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School of English and Drama

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Structure of Our Degree Programmes

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Spanning early modern theatre to contemporary live art, to performances that take place in everyday life, our degrees investigate the role of theatre and performance in cultural, social, and political life.

Exploring the boundaries of what theatre and performance might be as much as what they are, Drama at Queen Mary approaches theory and practice as mutually beneficial modes of enquiry.

We offer a wide and flexible range of undergraduate degree programmes and module options. Whether you join us as a single or joint honours student, our degrees allow you to incorporate your own interests, whether these are practical, theoretical, or focused on particular historical periods or critical concerns. We also encourage you to develop new interests and new avenues of enquiry—studying Drama at Queen Mary is about exploring theatre and performance in ways you’ve never experienced before.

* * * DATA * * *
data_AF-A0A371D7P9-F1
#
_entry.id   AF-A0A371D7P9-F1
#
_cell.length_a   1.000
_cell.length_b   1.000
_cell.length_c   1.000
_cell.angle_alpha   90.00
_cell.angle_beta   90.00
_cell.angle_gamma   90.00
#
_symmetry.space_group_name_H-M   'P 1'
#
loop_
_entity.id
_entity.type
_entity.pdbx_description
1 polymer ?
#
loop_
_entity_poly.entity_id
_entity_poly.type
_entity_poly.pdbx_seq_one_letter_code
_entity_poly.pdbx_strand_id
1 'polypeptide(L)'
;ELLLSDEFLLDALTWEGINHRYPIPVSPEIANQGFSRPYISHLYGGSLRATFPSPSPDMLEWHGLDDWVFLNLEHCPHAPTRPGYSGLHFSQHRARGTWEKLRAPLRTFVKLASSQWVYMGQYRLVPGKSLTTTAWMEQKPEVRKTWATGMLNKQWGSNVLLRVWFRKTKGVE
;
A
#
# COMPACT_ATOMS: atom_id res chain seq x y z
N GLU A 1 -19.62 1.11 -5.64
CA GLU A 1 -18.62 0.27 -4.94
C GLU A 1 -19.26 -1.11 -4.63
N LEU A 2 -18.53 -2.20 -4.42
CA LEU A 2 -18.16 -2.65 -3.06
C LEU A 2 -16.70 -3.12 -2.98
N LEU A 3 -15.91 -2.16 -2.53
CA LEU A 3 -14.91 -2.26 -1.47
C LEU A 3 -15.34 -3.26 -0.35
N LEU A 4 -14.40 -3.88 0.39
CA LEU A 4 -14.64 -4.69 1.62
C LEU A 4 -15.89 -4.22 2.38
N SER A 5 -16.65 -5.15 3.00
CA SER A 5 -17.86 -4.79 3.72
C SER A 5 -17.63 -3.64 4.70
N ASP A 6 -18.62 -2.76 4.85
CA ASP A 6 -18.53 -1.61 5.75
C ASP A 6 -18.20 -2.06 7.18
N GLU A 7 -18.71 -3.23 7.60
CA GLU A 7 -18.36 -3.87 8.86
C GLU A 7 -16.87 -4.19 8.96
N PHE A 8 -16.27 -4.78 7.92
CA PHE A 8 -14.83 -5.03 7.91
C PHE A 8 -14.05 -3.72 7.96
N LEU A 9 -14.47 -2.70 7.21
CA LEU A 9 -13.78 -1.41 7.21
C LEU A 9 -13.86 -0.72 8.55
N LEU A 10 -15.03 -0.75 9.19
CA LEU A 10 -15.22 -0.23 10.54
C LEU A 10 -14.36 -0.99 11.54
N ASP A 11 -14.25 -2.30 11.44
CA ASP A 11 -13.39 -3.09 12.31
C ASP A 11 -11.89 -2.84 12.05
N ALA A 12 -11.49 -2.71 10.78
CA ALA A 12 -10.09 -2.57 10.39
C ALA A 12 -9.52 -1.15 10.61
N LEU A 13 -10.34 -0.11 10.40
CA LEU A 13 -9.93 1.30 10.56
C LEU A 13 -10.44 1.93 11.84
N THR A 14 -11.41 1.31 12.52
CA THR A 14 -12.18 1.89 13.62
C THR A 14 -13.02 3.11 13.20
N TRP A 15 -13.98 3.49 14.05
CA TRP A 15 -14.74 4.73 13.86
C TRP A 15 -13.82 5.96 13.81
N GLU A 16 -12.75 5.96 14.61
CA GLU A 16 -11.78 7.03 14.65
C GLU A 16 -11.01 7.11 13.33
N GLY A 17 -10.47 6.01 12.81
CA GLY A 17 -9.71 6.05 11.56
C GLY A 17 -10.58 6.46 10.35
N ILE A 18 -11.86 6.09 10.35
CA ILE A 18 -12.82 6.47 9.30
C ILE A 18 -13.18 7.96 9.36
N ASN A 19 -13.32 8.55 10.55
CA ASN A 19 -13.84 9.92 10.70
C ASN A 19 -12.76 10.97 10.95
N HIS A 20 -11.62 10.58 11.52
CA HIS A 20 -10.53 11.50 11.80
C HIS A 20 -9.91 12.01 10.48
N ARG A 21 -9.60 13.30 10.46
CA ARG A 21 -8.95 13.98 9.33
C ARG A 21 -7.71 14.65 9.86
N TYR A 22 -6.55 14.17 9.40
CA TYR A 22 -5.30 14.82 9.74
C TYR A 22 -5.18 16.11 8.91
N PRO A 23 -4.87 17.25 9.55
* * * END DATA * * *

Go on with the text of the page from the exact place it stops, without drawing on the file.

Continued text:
You can study Drama as a single subject or in combination with another subject (such as English, Film, or Languages). Single honours Drama students take all or the majority of their modules in Drama. Joint honours students take half of their modules in Drama and the other half in a second subject. There is also the opportunity to take modules in another subject in the Faculty of Humanities and Social Sciences. For all students, your first year involves a series of required modules intended to provide a foundation for further study in Drama. After that you’ll take a combination of required modules and options, depending on whether you’re a single or joint honours student. Our wide variety of options draw on the latest research of Drama’s academic staff and explore specialised topics in theatre and performance studies.

Each year you’ll take 120 credits of coursework, with each module in Drama worth either 15 or 30 credits. There are some exceptions, but most seminar-based modules are 15 credits (with two hours of class per week per module) and most practice-based modules are 30 credits (with four hours of class per week, plus scheduled unsupervised practice).

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